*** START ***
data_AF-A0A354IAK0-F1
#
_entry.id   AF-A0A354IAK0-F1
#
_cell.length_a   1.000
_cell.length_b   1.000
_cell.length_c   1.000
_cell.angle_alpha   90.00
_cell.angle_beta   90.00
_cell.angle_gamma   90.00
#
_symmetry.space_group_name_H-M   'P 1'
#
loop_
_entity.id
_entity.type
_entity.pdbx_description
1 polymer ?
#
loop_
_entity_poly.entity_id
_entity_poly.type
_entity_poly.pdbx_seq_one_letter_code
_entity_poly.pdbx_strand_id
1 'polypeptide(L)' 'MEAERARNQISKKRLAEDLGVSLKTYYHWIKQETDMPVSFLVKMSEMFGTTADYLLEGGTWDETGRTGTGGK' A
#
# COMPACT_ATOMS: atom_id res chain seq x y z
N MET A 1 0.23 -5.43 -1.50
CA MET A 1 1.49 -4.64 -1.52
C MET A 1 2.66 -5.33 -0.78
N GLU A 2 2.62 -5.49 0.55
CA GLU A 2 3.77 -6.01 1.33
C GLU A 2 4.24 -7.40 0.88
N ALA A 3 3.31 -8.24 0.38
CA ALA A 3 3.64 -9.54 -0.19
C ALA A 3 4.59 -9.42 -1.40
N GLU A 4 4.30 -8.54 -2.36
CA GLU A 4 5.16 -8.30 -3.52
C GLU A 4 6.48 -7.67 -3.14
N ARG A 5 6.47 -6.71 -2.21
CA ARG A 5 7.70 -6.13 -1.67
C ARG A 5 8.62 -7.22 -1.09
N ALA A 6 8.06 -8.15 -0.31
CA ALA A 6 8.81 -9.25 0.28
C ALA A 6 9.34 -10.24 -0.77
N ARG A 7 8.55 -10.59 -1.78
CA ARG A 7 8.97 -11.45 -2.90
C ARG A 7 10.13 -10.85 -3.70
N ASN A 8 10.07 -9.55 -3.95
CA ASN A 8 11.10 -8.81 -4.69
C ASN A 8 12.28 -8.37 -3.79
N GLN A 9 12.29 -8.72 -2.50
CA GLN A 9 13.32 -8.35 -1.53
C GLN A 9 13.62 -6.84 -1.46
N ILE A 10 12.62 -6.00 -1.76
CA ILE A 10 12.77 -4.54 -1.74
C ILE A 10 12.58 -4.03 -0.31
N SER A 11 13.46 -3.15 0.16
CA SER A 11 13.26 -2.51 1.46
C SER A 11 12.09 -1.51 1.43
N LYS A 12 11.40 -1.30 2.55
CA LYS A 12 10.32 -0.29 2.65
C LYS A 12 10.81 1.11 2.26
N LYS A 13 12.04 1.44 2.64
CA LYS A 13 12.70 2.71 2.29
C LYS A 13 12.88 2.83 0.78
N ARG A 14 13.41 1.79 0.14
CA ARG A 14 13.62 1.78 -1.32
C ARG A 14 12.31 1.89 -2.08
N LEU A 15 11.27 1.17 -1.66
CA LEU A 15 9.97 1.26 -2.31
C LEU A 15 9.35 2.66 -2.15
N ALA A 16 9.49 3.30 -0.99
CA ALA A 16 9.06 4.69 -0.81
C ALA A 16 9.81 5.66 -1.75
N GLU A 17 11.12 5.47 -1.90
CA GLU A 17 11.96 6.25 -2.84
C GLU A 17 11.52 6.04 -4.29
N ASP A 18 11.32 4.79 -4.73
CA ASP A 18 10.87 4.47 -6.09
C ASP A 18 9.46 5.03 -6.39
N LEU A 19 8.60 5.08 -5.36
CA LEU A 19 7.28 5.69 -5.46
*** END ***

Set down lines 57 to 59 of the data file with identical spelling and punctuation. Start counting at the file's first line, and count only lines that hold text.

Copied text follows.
C ILE A 10 12.58 -4.03 -0.31
N SER A 11 13.46 -3.15 0.16
CA SER A 11 13.26 -2.51 1.46